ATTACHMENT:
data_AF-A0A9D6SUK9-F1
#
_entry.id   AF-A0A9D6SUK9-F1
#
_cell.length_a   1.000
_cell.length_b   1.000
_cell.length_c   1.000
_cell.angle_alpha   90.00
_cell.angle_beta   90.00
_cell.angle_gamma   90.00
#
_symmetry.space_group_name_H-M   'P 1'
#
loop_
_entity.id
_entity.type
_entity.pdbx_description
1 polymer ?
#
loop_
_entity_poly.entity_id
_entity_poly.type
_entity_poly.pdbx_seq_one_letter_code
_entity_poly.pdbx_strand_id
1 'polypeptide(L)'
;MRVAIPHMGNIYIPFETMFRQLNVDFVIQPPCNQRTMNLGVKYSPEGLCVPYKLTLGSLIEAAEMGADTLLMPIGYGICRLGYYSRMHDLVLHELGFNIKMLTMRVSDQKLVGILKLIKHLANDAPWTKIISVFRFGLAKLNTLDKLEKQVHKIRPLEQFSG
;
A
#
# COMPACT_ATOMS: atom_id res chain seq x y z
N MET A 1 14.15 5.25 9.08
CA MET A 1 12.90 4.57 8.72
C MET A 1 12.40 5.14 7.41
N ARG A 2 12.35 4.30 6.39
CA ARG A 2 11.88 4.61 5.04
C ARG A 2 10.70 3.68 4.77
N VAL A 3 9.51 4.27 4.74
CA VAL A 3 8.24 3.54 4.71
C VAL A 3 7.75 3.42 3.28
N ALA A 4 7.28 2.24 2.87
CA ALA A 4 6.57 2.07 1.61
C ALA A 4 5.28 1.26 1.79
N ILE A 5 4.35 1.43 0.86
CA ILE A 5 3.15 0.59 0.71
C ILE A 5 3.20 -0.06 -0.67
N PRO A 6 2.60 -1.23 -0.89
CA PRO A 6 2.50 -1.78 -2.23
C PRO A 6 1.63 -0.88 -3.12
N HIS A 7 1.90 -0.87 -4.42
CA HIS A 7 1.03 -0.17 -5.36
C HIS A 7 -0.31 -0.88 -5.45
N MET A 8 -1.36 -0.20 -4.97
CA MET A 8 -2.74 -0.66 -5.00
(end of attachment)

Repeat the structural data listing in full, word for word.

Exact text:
data_AF-A0A9D6SUK9-F1
#
_entry.id   AF-A0A9D6SUK9-F1
#
_cell.length_a   1.000
_cell.length_b   1.000
_cell.length_c   1.000
_cell.angle_alpha   90.00
_cell.angle_beta   90.00
_cell.angle_gamma   90.00
#
_symmetry.space_group_name_H-M   'P 1'
#
loop_
_entity.id
_entity.type
_entity.pdbx_description
1 polymer ?
#
loop_
_entity_poly.entity_id
_entity_poly.type
_entity_poly.pdbx_seq_one_letter_code
_entity_poly.pdbx_strand_id
1 'polypeptide(L)'
;MRVAIPHMGNIYIPFETMFRQLNVDFVIQPPCNQRTMNLGVKYSPEGLCVPYKLTLGSLIEAAEMGADTLLMPIGYGICRLGYYSRMHDLVLHELGFNIKMLTMRVSDQKLVGILKLIKHLANDAPWTKIISVFRFGLAKLNTLDKLEKQVHKIRPLEQFSG
;
A
#
# COMPACT_ATOMS: atom_id res chain seq x y z
N MET A 1 14.15 5.25 9.08
CA MET A 1 12.90 4.57 8.72
C MET A 1 12.40 5.14 7.41
N ARG A 2 12.35 4.30 6.39
CA ARG A 2 11.88 4.61 5.04
C ARG A 2 10.70 3.68 4.77
N VAL A 3 9.51 4.27 4.74
CA VAL A 3 8.24 3.54 4.71
C VAL A 3 7.75 3.42 3.28
N ALA A 4 7.28 2.24 2.87
CA ALA A 4 6.57 2.07 1.61
C ALA A 4 5.28 1.26 1.79
N ILE A 5 4.35 1.43 0.86
CA ILE A 5 3.15 0.59 0.71
C ILE A 5 3.20 -0.06 -0.67
N PRO A 6 2.60 -1.23 -0.89
CA PRO A 6 2.50 -1.78 -2.23
C PRO A 6 1.63 -0.88 -3.12
N HIS A 7 1.90 -0.87 -4.42
CA HIS A 7 1.03 -0.17 -5.36
C HIS A 7 -0.31 -0.88 -5.45
N MET A 8 -1.36 -0.20 -4.97
CA MET A 8 -2.74 -0.66 -5.00